But the lack in this article of specific examples of both critics and blogs makes me question the basis of his observations. Surely there are many blogs that have been engaged in serious criticism, and in the promotion and discussion of quality writing, e.g., off the top of my head Beatrice, Bookslut, Complete Review, Silliman’s Blog. And what about the blogging that forms an extension of established publications, e.g., the New Yorker‘s Page-Turner, the many contributors to the Guardian‘s Books blog? Okay, there are lots of blowhards in the Guardian comments … but there are great riches there too.

And a lot of books pages and sections (when they have survived) seem just as guilty of the same sorts of gushy, cliquey, and predictable conversations about books that you find in the gushiest, cliquiest, and most predictable blogs. Plus the sort of writing used by publishers to describe themselves and their wares can be worst of all; I’m thinking of the meaningless hyperbole that could be used interchangeably for whichever recent acquisition or staff appointment they are bigging up in The Bookseller this week (‘I started reading this [insert superlative] manuscript on the train home, and was so entranced/mesmerised/captivated that I only finally looked up from it at 2 a.m. to discover I was sitting in an unlit carriage in a siding in Basingstoke’).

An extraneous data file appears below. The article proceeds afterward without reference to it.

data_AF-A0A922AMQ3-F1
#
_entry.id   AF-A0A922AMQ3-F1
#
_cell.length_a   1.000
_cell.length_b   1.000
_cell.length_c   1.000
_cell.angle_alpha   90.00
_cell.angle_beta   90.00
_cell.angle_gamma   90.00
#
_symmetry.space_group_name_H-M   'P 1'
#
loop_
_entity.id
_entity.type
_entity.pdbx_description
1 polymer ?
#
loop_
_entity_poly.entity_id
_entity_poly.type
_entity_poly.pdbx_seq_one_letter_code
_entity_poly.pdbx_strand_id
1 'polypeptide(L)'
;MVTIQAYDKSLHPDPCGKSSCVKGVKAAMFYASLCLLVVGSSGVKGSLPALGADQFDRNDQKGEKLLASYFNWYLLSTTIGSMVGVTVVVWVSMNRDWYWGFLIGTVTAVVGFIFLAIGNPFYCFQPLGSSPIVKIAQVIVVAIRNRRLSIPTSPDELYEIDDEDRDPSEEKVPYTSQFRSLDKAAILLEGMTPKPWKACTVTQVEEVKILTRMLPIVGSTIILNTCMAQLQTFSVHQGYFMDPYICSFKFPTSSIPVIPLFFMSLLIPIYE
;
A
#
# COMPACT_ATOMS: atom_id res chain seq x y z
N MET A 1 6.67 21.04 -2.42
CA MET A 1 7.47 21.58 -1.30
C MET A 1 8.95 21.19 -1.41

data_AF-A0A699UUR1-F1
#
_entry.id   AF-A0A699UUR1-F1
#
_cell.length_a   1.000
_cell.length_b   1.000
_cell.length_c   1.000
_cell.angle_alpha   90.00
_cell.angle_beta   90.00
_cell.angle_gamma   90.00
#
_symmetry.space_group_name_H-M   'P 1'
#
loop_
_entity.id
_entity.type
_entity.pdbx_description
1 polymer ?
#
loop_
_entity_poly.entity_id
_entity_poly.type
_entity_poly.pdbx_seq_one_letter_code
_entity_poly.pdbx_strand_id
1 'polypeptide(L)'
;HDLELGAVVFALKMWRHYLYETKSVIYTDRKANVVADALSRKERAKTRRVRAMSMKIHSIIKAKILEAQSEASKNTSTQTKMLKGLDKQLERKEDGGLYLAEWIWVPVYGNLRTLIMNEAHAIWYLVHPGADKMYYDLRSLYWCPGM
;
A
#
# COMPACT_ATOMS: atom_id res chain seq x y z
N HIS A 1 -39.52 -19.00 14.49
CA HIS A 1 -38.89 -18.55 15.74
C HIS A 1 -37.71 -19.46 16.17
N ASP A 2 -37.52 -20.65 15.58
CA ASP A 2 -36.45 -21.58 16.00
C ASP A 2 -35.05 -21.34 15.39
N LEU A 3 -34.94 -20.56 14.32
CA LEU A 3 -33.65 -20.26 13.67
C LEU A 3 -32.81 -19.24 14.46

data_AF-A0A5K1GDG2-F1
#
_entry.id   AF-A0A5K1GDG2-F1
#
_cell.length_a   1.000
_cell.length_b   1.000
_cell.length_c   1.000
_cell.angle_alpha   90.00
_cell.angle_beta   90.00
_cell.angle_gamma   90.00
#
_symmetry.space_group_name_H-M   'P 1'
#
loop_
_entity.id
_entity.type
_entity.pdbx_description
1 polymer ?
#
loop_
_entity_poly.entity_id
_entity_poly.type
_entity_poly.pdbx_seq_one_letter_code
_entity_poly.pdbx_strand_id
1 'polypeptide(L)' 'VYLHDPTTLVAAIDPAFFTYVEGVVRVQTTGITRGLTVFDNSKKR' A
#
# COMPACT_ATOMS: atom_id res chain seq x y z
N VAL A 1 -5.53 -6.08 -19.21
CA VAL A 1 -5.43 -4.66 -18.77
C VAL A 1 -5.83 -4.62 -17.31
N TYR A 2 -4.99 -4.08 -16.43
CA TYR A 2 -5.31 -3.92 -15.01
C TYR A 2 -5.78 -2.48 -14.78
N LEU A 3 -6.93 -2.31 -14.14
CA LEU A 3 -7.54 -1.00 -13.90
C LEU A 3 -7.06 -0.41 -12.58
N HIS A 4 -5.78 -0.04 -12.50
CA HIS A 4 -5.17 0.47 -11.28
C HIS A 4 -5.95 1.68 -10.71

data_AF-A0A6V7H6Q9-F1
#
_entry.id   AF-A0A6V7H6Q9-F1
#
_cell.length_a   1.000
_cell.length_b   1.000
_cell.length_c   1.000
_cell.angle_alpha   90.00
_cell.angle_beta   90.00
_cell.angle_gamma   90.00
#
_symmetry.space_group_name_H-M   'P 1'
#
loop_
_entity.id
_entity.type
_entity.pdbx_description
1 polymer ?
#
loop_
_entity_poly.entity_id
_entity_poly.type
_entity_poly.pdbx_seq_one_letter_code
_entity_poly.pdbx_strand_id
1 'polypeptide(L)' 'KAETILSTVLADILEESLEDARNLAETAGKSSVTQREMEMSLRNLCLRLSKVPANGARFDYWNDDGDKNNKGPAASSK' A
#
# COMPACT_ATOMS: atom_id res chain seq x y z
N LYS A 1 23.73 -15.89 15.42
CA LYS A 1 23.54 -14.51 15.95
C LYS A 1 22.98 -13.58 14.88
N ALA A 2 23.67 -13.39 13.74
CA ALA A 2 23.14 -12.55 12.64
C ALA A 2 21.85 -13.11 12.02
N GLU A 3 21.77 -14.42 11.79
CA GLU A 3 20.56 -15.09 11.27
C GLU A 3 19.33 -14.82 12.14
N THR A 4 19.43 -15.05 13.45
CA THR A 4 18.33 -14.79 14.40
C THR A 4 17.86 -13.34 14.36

So the professionals can’t always be held up as shining examples; their own taste-sharing can sometimes feel quite superficial, insincere, and clichéd.

As I think about this some more, I realise that I don’t always want commentary on books to be high-falutin’ criticism anyway. Sometimes simple summaries are all I need. Even a list. I love the Top Ten lists in the Guardian (from Top Ten Literary Otters one week to Top Ten Seventeenth-Century Food Books the next). Give me a few suggestions and impressions, and I’m happy to download a free sample to my Kindle so I can make up my mind for myself.

Surely blogging is just another venue for many of the best features of traditional criticism? With lots of added features on top?

Perhaps the most curious thing to me about this article is that Stothard says he has only ever seen six films! (I wonder which six films they are?)

PS As a side note, it was depressing to note how few visitors there are in fact for the major book blogs. Am sure these are the most intelligent, diligent, and discriminating readers in the whole Interweb, but the numbers still seem disappointingly low.